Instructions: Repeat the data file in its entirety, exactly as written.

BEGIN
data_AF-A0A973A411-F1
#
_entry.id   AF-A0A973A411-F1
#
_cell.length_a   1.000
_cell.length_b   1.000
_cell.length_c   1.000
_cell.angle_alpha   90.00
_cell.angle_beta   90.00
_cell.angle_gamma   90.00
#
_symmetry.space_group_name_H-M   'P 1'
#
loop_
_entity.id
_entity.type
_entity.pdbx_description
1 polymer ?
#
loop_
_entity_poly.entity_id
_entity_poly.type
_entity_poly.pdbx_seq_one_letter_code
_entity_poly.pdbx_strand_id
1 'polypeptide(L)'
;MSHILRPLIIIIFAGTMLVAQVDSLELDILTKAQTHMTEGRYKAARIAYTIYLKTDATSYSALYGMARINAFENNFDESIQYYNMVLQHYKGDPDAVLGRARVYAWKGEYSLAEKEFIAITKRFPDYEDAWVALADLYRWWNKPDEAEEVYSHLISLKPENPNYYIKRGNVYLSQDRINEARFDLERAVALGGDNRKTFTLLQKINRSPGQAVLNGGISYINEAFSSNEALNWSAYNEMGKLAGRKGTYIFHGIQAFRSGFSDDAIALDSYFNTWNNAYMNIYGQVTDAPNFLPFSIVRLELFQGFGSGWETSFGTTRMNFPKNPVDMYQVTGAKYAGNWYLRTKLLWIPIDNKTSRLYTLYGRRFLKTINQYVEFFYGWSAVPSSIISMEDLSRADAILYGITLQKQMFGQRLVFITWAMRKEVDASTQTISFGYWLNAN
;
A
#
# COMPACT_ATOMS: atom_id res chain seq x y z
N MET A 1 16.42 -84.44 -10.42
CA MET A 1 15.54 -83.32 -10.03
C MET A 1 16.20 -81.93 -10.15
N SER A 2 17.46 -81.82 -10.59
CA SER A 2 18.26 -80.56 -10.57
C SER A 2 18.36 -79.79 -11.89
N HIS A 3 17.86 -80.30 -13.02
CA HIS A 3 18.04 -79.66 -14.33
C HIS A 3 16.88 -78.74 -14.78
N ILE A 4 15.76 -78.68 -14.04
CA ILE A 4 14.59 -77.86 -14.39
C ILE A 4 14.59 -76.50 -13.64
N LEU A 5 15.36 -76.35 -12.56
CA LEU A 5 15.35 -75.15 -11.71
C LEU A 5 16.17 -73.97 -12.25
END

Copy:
data_AF-A0A973A411-F1
#
_entry.id   AF-A0A973A411-F1
#
_cell.length_a   1.000
_cell.length_b   1.000
_cell.length_c   1.000
_cell.angle_alpha   90.00
_cell.angle_beta   90.00
_cell.angle_gamma   90.00
#
_symmetry.space_group_name_H-M   'P 1'
#
loop_
_entity.id
_entity.type
_entity.pdbx_description
1 polymer ?
#
loop_
_entity_poly.entity_id
_entity_poly.type
_entity_poly.pdbx_seq_one_letter_code
_entity_poly.pdbx_strand_id
1 'polypeptide(L)'
;MSHILRPLIIIIFAGTMLVAQVDSLELDILTKAQTHMTEGRYKAARIAYTIYLKTDATSYSALYGMARINAFENNFDESIQYYNMVLQHYKGDPDAVLGRARVYAWKGEYSLAEKEFIAITKRFPDYEDAWVALADLYRWWNKPDEAEEVYSHLISLKPENPNYYIKRGNVYLSQDRINEARFDLERAVALGGDNRKTFTLLQKINRSPGQAVLNGGISYINEAFSSNEALNWSAYNEMGKLAGRKGTYIFHGIQAFRSGFSDDAIALDSYFNTWNNAYMNIYGQVTDAPNFLPFSIVRLELFQGFGSGWETSFGTTRMNFPKNPVDMYQVTGAKYAGNWYLRTKLLWIPIDNKTSRLYTLYGRRFLKTINQYVEFFYGWSAVPSSIISMEDLSRADAILYGITLQKQMFGQRLVFITWAMRKEVDASTQTISFGYWLNAN
;
A
#
# COMPACT_ATOMS: atom_id res chain seq x y z
N MET A 1 16.42 -84.44 -10.42
CA MET A 1 15.54 -83.32 -10.03
C MET A 1 16.20 -81.93 -10.15
N SER A 2 17.46 -81.82 -10.59
CA SER A 2 18.26 -80.56 -10.57
C SER A 2 18.36 -79.79 -11.89
N HIS A 3 17.86 -80.30 -13.02
CA HIS A 3 18.04 -79.66 -14.33
C HIS A 3 16.88 -78.74 -14.78
N ILE A 4 15.76 -78.68 -14.04
CA ILE A 4 14.59 -77.86 -14.39
C ILE A 4 14.59 -76.50 -13.64
N LEU A 5 15.36 -76.35 -12.56
CA LEU A 5 15.35 -75.15 -11.71
C LEU A 5 16.17 -73.97 -12.25